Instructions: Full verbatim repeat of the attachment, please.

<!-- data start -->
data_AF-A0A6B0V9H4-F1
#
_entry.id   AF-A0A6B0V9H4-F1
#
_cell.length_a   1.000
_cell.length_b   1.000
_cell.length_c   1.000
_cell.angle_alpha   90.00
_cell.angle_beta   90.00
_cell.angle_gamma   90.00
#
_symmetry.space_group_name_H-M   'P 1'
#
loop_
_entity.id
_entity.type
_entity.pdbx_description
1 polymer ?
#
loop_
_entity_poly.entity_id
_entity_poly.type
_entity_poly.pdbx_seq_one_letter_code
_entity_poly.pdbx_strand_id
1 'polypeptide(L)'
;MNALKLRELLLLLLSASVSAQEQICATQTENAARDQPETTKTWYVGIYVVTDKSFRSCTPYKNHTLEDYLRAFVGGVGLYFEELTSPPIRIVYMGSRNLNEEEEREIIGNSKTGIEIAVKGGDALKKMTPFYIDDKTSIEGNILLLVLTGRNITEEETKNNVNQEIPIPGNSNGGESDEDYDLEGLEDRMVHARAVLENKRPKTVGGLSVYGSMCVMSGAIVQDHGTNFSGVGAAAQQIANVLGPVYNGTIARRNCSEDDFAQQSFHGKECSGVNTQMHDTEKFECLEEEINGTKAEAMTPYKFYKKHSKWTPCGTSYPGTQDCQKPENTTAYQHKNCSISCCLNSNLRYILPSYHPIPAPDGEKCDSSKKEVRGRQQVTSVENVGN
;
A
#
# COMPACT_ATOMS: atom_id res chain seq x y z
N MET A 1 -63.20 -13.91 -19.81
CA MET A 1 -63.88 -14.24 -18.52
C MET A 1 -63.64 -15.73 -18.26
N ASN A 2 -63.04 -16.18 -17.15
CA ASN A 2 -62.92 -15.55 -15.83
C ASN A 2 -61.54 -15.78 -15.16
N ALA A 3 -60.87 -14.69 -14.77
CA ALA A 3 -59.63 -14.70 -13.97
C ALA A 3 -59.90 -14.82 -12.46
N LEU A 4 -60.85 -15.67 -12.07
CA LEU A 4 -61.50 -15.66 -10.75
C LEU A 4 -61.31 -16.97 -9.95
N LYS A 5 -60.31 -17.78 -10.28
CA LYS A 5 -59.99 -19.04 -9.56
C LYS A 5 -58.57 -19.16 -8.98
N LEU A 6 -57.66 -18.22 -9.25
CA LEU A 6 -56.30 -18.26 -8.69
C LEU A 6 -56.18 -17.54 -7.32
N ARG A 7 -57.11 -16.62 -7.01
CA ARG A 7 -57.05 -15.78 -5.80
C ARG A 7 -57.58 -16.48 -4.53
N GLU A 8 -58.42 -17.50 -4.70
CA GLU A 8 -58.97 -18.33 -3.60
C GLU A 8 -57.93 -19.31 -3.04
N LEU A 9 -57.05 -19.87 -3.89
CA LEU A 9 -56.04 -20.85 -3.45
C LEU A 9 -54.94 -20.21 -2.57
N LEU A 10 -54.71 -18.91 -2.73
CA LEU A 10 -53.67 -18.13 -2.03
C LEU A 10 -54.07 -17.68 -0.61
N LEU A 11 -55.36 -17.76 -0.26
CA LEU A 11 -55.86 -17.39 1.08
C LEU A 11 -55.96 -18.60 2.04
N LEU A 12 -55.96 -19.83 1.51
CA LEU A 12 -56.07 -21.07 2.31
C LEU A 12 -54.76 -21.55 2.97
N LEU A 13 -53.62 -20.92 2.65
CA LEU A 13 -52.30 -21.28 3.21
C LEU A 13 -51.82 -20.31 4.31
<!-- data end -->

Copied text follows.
data_AF-A0A6B0V9H4-F1
#
_entry.id   AF-A0A6B0V9H4-F1
#
_cell.length_a   1.000
_cell.length_b   1.000
_cell.length_c   1.000
_cell.angle_alpha   90.00
_cell.angle_beta   90.00
_cell.angle_gamma   90.00
#
_symmetry.space_group_name_H-M   'P 1'
#
loop_
_entity.id
_entity.type
_entity.pdbx_description
1 polymer ?
#
loop_
_entity_poly.entity_id
_entity_poly.type
_entity_poly.pdbx_seq_one_letter_code
_entity_poly.pdbx_strand_id
1 'polypeptide(L)'
;MNALKLRELLLLLLSASVSAQEQICATQTENAARDQPETTKTWYVGIYVVTDKSFRSCTPYKNHTLEDYLRAFVGGVGLYFEELTSPPIRIVYMGSRNLNEEEEREIIGNSKTGIEIAVKGGDALKKMTPFYIDDKTSIEGNILLLVLTGRNITEEETKNNVNQEIPIPGNSNGGESDEDYDLEGLEDRMVHARAVLENKRPKTVGGLSVYGSMCVMSGAIVQDHGTNFSGVGAAAQQIANVLGPVYNGTIARRNCSEDDFAQQSFHGKECSGVNTQMHDTEKFECLEEEINGTKAEAMTPYKFYKKHSKWTPCGTSYPGTQDCQKPENTTAYQHKNCSISCCLNSNLRYILPSYHPIPAPDGEKCDSSKKEVRGRQQVTSVENVGN
;
A
#
# COMPACT_ATOMS: atom_id res chain seq x y z
N MET A 1 -63.20 -13.91 -19.81
CA MET A 1 -63.88 -14.24 -18.52
C MET A 1 -63.64 -15.73 -18.26
N ASN A 2 -63.04 -16.18 -17.15
CA ASN A 2 -62.92 -15.55 -15.83
C ASN A 2 -61.54 -15.78 -15.16
N ALA A 3 -60.87 -14.69 -14.77
CA ALA A 3 -59.63 -14.70 -13.97
C ALA A 3 -59.90 -14.82 -12.46
N LEU A 4 -60.85 -15.67 -12.07
CA LEU A 4 -61.50 -15.66 -10.75
C LEU A 4 -61.31 -16.97 -9.95
N LYS A 5 -60.31 -17.78 -10.28
CA LYS A 5 -59.99 -19.04 -9.56
C LYS A 5 -58.57 -19.16 -8.98
N LEU A 6 -57.66 -18.22 -9.25
CA LEU A 6 -56.30 -18.26 -8.69
C LEU A 6 -56.18 -17.54 -7.32
N ARG A 7 -57.11 -16.62 -7.01
CA ARG A 7 -57.05 -15.78 -5.80
C ARG A 7 -57.58 -16.48 -4.53
N GLU A 8 -58.42 -17.50 -4.70
CA GLU A 8 -58.97 -18.33 -3.60
C GLU A 8 -57.93 -19.31 -3.04
N LEU A 9 -57.05 -19.87 -3.89
CA LEU A 9 -56.04 -20.85 -3.45
C LEU A 9 -54.94 -20.21 -2.57
N LEU A 10 -54.71 -18.91 -2.73
CA LEU A 10 -53.67 -18.13 -2.03
C LEU A 10 -54.07 -17.68 -0.61
N LEU A 11 -55.36 -17.76 -0.26
CA LEU A 11 -55.86 -17.39 1.08
C LEU A 11 -55.96 -18.60 2.04
N LEU A 12 -55.96 -19.83 1.51
CA LEU A 12 -56.07 -21.07 2.31
C LEU A 12 -54.76 -21.55 2.97
N LEU A 13 -53.62 -20.92 2.65
CA LEU A 13 -52.30 -21.28 3.21
C LEU A 13 -51.82 -20.31 4.31